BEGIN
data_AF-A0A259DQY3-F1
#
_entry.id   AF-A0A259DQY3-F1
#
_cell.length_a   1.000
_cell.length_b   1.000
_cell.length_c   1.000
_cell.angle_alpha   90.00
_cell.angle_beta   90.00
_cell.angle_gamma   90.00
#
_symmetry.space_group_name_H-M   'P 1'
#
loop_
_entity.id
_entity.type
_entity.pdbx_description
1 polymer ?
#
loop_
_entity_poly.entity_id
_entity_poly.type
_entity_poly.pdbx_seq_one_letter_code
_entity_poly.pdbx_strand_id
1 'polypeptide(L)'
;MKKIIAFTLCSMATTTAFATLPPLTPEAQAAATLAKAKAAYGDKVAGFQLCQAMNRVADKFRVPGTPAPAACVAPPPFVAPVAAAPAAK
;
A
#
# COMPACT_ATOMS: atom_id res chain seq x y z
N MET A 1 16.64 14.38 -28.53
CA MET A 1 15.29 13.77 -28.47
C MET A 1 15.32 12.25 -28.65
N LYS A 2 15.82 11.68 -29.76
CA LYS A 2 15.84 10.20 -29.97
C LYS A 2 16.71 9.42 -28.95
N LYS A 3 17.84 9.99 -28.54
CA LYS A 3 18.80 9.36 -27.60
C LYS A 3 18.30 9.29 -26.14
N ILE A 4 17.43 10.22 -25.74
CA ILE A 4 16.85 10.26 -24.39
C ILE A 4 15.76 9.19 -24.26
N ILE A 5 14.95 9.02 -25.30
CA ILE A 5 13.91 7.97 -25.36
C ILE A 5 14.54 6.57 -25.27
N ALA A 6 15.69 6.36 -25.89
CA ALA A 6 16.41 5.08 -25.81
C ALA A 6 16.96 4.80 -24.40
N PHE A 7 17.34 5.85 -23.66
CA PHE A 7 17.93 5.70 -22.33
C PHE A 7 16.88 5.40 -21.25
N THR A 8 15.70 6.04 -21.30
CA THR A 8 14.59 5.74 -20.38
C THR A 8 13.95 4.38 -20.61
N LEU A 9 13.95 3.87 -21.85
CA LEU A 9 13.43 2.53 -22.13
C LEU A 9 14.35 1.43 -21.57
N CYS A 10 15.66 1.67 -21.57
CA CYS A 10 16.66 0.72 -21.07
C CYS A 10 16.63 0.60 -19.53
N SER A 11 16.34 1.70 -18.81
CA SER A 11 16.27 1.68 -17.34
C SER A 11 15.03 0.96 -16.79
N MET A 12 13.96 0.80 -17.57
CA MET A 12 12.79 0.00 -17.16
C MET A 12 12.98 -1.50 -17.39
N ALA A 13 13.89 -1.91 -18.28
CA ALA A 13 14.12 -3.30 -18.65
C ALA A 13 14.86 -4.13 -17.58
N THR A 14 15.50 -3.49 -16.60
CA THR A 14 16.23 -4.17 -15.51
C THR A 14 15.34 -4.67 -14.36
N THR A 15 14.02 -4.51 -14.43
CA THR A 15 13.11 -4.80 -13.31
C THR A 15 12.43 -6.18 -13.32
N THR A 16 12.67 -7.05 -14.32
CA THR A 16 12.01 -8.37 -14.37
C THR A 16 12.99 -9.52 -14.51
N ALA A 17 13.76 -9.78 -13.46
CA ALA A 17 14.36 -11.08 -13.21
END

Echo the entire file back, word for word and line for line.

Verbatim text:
data_AF-A0A259DQY3-F1
#
_entry.id   AF-A0A259DQY3-F1
#
_cell.length_a   1.000
_cell.length_b   1.000
_cell.length_c   1.000
_cell.angle_alpha   90.00
_cell.angle_beta   90.00
_cell.angle_gamma   90.00
#
_symmetry.space_group_name_H-M   'P 1'
#
loop_
_entity.id
_entity.type
_entity.pdbx_description
1 polymer ?
#
loop_
_entity_poly.entity_id
_entity_poly.type
_entity_poly.pdbx_seq_one_letter_code
_entity_poly.pdbx_strand_id
1 'polypeptide(L)'
;MKKIIAFTLCSMATTTAFATLPPLTPEAQAAATLAKAKAAYGDKVAGFQLCQAMNRVADKFRVPGTPAPAACVAPPPFVAPVAAAPAAK
;
A
#
# COMPACT_ATOMS: atom_id res chain seq x y z
N MET A 1 16.64 14.38 -28.53
CA MET A 1 15.29 13.77 -28.47
C MET A 1 15.32 12.25 -28.65
N LYS A 2 15.82 11.68 -29.76
CA LYS A 2 15.84 10.20 -29.97
C LYS A 2 16.71 9.42 -28.95
N LYS A 3 17.84 9.99 -28.54
CA LYS A 3 18.80 9.36 -27.60
C LYS A 3 18.30 9.29 -26.14
N ILE A 4 17.43 10.22 -25.74
CA ILE A 4 16.85 10.26 -24.39
C ILE A 4 15.76 9.19 -24.26
N ILE A 5 14.95 9.02 -25.30
CA ILE A 5 13.91 7.97 -25.36
C ILE A 5 14.54 6.57 -25.27
N ALA A 6 15.69 6.36 -25.89
CA ALA A 6 16.41 5.08 -25.81
C ALA A 6 16.96 4.80 -24.40
N PHE A 7 17.34 5.85 -23.66
CA PHE A 7 17.93 5.70 -22.33
C PHE A 7 16.88 5.40 -21.25
N THR A 8 15.70 6.04 -21.30
CA THR A 8 14.59 5.74 -20.38
C THR A 8 13.95 4.38 -20.61
N LEU A 9 13.95 3.87 -21.85
CA LEU A 9 13.43 2.53 -22.13
C LEU A 9 14.35 1.43 -21.57
N CYS A 10 15.66 1.67 -21.57
CA CYS A 10 16.66 0.72 -21.07
C CYS A 10 16.63 0.60 -19.53
N SER A 11 16.34 1.70 -18.81
CA SER A 11 16.27 1.68 -17.34
C SER A 11 15.03 0.96 -16.79
N MET A 12 13.96 0.80 -17.57
CA MET A 12 12.79 0.00 -17.16
C MET A 12 12.98 -1.50 -17.39
N ALA A 13 13.89 -1.91 -18.28
CA ALA A 13 14.12 -3.30 -18.65
C ALA A 13 14.86 -4.13 -17.58
N THR A 14 15.50 -3.49 -16.60
CA THR A 14 16.23 -4.17 -15.51
C THR A 14 15.34 -4.67 -14.36
N THR A 15 14.02 -4.51 -14.43
CA THR A 15 13.11 -4.80 -13.31
C THR A 15 12.43 -6.18 -13.32
N THR A 16 12.67 -7.05 -14.32
CA THR A 16 12.01 -8.37 -14.37
C THR A 16 12.99 -9.52 -14.51
N ALA A 17 13.76 -9.78 -13.46
CA ALA A 17 14.36 -11.08 -13.21